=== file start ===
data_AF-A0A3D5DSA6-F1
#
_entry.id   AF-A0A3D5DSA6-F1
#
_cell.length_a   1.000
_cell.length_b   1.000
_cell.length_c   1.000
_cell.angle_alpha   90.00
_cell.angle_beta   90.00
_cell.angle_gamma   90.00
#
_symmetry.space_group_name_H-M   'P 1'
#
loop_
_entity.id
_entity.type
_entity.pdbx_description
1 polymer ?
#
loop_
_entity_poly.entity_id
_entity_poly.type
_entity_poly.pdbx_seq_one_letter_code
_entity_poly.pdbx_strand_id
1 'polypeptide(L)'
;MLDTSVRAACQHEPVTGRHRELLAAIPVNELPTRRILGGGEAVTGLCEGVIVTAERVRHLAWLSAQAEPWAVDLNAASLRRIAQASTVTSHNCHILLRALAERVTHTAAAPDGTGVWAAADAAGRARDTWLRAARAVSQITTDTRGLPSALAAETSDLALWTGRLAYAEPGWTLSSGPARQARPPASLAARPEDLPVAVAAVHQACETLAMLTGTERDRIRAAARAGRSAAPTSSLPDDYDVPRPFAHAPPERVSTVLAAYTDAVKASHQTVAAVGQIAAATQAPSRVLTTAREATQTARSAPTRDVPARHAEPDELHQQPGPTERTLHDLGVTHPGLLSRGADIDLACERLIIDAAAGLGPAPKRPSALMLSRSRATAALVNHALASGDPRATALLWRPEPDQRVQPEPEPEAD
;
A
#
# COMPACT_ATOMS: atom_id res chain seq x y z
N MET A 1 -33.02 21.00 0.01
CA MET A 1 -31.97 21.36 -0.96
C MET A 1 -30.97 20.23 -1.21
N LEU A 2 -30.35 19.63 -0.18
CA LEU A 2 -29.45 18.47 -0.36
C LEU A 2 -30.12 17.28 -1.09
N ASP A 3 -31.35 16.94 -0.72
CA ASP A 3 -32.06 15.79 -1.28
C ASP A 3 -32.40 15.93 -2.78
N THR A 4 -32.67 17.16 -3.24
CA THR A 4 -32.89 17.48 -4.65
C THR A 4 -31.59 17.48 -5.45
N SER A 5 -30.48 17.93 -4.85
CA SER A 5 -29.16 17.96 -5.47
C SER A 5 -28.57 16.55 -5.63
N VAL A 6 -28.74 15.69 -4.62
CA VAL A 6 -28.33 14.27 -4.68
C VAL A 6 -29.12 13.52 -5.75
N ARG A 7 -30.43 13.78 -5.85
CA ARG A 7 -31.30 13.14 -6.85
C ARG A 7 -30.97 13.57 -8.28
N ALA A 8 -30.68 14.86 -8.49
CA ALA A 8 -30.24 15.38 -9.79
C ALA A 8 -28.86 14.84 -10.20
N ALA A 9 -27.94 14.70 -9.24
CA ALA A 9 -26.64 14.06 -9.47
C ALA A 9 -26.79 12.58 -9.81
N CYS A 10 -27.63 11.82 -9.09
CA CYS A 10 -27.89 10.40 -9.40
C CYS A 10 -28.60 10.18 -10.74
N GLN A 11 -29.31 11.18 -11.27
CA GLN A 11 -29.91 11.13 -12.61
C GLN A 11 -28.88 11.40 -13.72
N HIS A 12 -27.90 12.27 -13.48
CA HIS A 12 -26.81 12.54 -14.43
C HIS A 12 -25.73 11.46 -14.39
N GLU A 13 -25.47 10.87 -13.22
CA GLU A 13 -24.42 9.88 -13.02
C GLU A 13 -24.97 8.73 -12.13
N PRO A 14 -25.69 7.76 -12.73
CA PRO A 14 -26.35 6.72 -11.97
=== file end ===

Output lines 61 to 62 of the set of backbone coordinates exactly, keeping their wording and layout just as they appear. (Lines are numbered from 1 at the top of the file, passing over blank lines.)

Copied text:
N GLN A 11 -29.31 11.18 -11.27
CA GLN A 11 -29.91 11.13 -12.61